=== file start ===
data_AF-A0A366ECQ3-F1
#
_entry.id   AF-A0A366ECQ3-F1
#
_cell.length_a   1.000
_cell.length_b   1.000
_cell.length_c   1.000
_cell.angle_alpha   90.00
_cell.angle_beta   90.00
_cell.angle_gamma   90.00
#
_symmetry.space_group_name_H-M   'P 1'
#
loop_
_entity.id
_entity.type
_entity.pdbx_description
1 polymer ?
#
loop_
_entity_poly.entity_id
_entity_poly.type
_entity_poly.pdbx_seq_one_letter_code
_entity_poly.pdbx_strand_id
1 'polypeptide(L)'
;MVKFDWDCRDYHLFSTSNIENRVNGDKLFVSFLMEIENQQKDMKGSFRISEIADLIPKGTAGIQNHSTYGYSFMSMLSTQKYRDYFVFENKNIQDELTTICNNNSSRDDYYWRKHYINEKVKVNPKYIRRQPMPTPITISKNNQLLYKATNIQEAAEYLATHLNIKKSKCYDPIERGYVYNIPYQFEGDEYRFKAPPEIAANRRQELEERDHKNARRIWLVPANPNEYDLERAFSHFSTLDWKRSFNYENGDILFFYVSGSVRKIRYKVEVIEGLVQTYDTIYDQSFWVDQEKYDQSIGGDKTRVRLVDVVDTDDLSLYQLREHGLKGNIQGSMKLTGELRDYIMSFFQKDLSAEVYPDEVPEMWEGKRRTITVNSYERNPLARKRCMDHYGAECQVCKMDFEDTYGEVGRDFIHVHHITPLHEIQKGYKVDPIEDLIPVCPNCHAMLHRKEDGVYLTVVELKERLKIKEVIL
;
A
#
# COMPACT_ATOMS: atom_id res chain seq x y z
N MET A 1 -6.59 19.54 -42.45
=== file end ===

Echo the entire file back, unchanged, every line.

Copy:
data_AF-A0A366ECQ3-F1
#
_entry.id   AF-A0A366ECQ3-F1
#
_cell.length_a   1.000
_cell.length_b   1.000
_cell.length_c   1.000
_cell.angle_alpha   90.00
_cell.angle_beta   90.00
_cell.angle_gamma   90.00
#
_symmetry.space_group_name_H-M   'P 1'
#
loop_
_entity.id
_entity.type
_entity.pdbx_description
1 polymer ?
#
loop_
_entity_poly.entity_id
_entity_poly.type
_entity_poly.pdbx_seq_one_letter_code
_entity_poly.pdbx_strand_id
1 'polypeptide(L)'
;MVKFDWDCRDYHLFSTSNIENRVNGDKLFVSFLMEIENQQKDMKGSFRISEIADLIPKGTAGIQNHSTYGYSFMSMLSTQKYRDYFVFENKNIQDELTTICNNNSSRDDYYWRKHYINEKVKVNPKYIRRQPMPTPITISKNNQLLYKATNIQEAAEYLATHLNIKKSKCYDPIERGYVYNIPYQFEGDEYRFKAPPEIAANRRQELEERDHKNARRIWLVPANPNEYDLERAFSHFSTLDWKRSFNYENGDILFFYVSGSVRKIRYKVEVIEGLVQTYDTIYDQSFWVDQEKYDQSIGGDKTRVRLVDVVDTDDLSLYQLREHGLKGNIQGSMKLTGELRDYIMSFFQKDLSAEVYPDEVPEMWEGKRRTITVNSYERNPLARKRCMDHYGAECQVCKMDFEDTYGEVGRDFIHVHHITPLHEIQKGYKVDPIEDLIPVCPNCHAMLHRKEDGVYLTVVELKERLKIKEVIL
;
A
#
# COMPACT_ATOMS: atom_id res chain seq x y z
N MET A 1 -6.59 19.54 -42.45